Tag Archives: Long Ideas

Litecoin Spikes 30%, Retreats: A Technical Look

Litecoin (CRYPTO: LTC) saw a large spike of over 30% earlier Monday morning, but has since fallen in the wake of a fake report stating that Walmart Inc. (NYSE:WMT) had partnered with the cryptocurrency and would start accepting payments in Litecoin. Charlie Lee, the creator of Litecoin, as well a spokesperson from Walmart, said the press release in question was fake. 

Litecoin was trading near-flat at $181.89 early Monday evening. 

Related Link: Walmart Confirms No Partnership With Litecoin: What Happened And Why They Had To Shut Down The Rumor

Litecoin Daily Chart Analysis
Litecoin continues to stay above the higher low trendline despite trading red on the day. It continues to form what technical traders call an ascending triangle pattern. The $200 level has been an area Litecoin’s price has been unable to hold above for long. The higher low trendline has been an area where the price has been able to find support and stay above; it may continue to hold in the future. The crypto trades above the 50-day moving average (green), but below the 200-day moving average (blue), indicating the crypto is likely in a period of consolidation. The crypto may find support near the 50-day moving average, while the 200-day moving average could hold as resistance. The Relative Strength Index (RSI) has been moving sideways above the middle line the past few weeks and now sits at 50. This means the buying and selling pressure is equal and the stock is likely not seeing much movement.

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What’s Next For Litecoin?

Bullish traders are looking to see Litecoin hold above the higher low trendline until it breaks above the $200 resistance level. A break above the $200 level with some consolidation could let Litecoin continue on its bullish run and move upward.

Bearish traders would like to see Litecoin break below the higher low trendline and start to fall lower. Bears are looking to see the price fall below the 50-day moving average for sentiment to turn more bearish, as it also breaks the uptrend. 

A Corporate Bond ETF For Conservative ETFs

Investment-grade corporate bonds and related exchange traded funds are options to consider for fixed income investors looking for higher yields and potentially better total returns than what's offered by Treasuries and traditional diversified bond funds.

The Vanguard Intermediate-Term Corporate Bond ETF (NASDAQ: VCIT) is a cost-effective avenue for accessing investment-grade corporate debt. VCIT's annual expense ratio is just 0.07 percent, or $7 on a $10,000 position, making it cheaper than 91 percent of rival funds, according to Vanguard data.

“This exchange-traded fund provides market-cap-weighted exposure to investment-grade U.S. corporate bonds with between five and 10 years until maturity,” said Morningstar in a Wednesday note.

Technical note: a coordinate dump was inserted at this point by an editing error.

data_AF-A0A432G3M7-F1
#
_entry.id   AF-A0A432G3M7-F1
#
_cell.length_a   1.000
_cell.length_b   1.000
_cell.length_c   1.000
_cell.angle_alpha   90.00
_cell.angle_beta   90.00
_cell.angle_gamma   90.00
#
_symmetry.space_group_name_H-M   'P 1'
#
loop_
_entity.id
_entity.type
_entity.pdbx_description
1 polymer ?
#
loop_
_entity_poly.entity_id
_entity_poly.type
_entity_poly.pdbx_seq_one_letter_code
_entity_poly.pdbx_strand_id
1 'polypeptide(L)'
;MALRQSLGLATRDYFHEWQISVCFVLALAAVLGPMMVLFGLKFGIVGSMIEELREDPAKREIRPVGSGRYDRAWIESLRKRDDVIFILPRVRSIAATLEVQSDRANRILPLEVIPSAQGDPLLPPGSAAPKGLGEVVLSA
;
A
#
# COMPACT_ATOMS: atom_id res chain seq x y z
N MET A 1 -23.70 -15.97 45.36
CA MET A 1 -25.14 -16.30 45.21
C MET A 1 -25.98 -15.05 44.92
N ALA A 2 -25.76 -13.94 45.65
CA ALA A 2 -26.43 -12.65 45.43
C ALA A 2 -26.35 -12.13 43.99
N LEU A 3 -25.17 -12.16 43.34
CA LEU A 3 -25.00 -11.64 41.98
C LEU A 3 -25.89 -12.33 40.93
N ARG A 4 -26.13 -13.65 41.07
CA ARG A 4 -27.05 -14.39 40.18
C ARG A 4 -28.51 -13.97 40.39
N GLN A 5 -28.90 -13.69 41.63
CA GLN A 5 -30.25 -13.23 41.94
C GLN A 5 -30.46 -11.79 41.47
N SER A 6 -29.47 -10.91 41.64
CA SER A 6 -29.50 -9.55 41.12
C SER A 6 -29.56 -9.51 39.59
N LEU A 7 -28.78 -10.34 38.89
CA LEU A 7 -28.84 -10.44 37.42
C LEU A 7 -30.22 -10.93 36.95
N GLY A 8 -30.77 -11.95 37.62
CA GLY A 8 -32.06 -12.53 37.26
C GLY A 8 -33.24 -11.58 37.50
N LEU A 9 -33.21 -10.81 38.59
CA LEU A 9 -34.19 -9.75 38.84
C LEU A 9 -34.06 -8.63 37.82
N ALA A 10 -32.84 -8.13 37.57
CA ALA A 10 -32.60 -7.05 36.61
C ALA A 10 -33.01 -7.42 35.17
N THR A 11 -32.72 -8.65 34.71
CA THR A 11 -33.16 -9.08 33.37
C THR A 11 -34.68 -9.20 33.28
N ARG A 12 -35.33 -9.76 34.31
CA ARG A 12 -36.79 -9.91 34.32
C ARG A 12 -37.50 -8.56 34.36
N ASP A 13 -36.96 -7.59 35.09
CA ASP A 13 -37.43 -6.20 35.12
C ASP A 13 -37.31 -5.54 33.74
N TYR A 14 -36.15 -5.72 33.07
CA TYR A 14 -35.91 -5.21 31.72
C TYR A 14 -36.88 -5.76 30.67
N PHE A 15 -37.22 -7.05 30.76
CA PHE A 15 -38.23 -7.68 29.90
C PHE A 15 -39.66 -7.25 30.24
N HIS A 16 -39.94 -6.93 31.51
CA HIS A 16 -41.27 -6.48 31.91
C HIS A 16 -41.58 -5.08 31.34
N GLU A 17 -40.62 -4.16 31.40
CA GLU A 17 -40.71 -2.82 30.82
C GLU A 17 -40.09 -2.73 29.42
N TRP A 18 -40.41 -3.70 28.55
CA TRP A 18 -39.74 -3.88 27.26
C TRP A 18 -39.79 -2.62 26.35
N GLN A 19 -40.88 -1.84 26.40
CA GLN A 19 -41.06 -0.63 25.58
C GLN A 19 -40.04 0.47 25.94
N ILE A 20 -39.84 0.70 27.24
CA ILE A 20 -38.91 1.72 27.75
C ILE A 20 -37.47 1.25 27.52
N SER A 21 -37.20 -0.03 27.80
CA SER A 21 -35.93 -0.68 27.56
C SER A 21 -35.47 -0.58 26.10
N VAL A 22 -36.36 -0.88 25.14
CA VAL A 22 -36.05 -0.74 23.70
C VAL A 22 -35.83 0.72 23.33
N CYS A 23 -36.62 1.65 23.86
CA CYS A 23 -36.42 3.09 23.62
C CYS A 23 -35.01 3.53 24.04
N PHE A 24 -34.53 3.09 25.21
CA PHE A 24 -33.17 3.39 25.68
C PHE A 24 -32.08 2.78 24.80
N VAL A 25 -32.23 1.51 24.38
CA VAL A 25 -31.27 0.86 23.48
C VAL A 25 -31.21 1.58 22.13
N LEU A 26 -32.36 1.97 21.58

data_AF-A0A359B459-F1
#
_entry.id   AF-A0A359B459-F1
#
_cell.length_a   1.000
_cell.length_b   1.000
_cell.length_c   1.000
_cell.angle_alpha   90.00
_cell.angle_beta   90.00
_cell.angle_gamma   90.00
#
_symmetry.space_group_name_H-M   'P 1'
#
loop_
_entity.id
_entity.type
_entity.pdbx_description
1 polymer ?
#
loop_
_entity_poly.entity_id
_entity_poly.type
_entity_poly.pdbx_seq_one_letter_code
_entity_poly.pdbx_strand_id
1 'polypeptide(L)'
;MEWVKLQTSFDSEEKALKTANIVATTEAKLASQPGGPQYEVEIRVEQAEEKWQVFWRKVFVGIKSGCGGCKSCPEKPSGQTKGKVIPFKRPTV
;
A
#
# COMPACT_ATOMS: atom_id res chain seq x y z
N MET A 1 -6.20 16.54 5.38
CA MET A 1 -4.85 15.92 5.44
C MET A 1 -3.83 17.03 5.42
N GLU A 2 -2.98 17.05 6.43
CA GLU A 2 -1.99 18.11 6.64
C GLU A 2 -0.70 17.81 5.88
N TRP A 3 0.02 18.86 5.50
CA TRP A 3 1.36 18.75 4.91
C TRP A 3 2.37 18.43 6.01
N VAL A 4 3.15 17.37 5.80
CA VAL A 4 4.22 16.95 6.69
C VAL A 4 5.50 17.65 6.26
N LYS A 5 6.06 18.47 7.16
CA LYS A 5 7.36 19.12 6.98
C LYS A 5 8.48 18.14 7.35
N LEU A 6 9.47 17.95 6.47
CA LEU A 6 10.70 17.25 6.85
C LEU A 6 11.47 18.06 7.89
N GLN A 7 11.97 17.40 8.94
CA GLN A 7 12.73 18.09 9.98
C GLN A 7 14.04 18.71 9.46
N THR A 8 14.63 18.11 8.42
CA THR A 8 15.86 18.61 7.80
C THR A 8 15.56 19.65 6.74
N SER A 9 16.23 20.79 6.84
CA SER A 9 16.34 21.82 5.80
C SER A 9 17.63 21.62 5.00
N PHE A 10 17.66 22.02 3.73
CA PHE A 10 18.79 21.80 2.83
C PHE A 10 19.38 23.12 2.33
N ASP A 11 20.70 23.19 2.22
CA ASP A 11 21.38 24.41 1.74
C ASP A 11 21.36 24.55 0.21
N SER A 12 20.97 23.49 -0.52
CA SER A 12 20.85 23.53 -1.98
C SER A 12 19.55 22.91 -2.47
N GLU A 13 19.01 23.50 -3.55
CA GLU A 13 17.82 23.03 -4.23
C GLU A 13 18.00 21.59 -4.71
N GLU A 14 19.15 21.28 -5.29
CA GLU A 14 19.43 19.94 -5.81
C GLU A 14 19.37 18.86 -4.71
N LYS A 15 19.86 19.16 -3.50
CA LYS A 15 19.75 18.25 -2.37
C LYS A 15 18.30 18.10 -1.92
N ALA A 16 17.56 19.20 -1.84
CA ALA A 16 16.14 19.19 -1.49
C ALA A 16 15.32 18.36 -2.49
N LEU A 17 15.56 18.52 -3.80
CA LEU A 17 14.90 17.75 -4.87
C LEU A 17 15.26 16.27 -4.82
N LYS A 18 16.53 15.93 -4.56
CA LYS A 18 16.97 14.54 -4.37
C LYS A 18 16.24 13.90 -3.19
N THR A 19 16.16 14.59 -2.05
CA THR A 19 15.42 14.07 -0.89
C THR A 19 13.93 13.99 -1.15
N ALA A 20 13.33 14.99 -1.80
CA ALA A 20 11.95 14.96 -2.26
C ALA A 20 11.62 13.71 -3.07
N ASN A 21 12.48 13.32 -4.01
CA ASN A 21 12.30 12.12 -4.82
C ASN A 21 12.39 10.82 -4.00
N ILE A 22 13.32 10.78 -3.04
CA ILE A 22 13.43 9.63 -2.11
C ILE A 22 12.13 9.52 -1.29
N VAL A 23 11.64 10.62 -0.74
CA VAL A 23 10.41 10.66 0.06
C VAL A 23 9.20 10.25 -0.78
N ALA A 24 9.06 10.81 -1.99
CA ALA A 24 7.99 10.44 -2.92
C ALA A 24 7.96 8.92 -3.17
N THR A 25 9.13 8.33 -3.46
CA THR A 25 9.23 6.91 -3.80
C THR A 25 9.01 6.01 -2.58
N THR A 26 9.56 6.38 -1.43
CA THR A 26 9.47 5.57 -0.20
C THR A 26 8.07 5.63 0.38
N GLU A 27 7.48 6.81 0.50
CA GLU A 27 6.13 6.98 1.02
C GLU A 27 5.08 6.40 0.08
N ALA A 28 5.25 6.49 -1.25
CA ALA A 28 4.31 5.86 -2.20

“It is one of the lowest-cost options in the corporate-bond Morningstar Category and has tightly tracked the Bloomberg Barclays U.S. 5-10 Year Corporate Bond Index. While there's plenty to like here, it's important to note that this fund has heavy exposure to the financial services sector, which could be a source of risk. It earns a Morningstar analyst rating of Silver.”

What Happened

Last year, investors added $8.06 billion to VCIT, good for one of the best asset-gathering tallies among all fixed-income ETFs. The inflow came even as the Federal Reserve boosted interest rates three times. The Fed raised interest rates in March, but VCIT has seen nearly $410 million in year-to-date inflows.

VCIT is down more than 4 percent year-to-date, pushing its yield to 3.34 percent — a healthy margin above 10-year Treasuries.

Why It's Important

VCIT has an average duration of 6.4 years and an average effective maturity of 7.5 years. Over 92 percent of the fund's nearly 1,750 holdings are rated A or Baa. Additionally, the ETF's exposure to bonds issued by financial services companies is rising.

“Roughly one-third of the portfolio is invested in the financials sector. Its average sector exposure was less than one-fourth of the portfolio from 2010 to 2016, according to Morningstar data. Any negative developments in this sector could hurt the fund's performance,” the research firm said.

“This concentration is mostly driven by large U.S. banks, which have issued a record amount of debt since 2010 to take advantage of low rates and meet the strict post-crisis capital requirements.”

What's Next

Further interest rate hikes, which are expected, could prompt bond investors to depart high-yield corporate debt. Some of those investors could transition to investment-grade fare such as VCIT. The key is VCIT's ability to endure rate hikes — and how high Treasury yields move.

Related Links:

Evaluating International Multi-Factor ETFs

Help For Small-Cap ETFs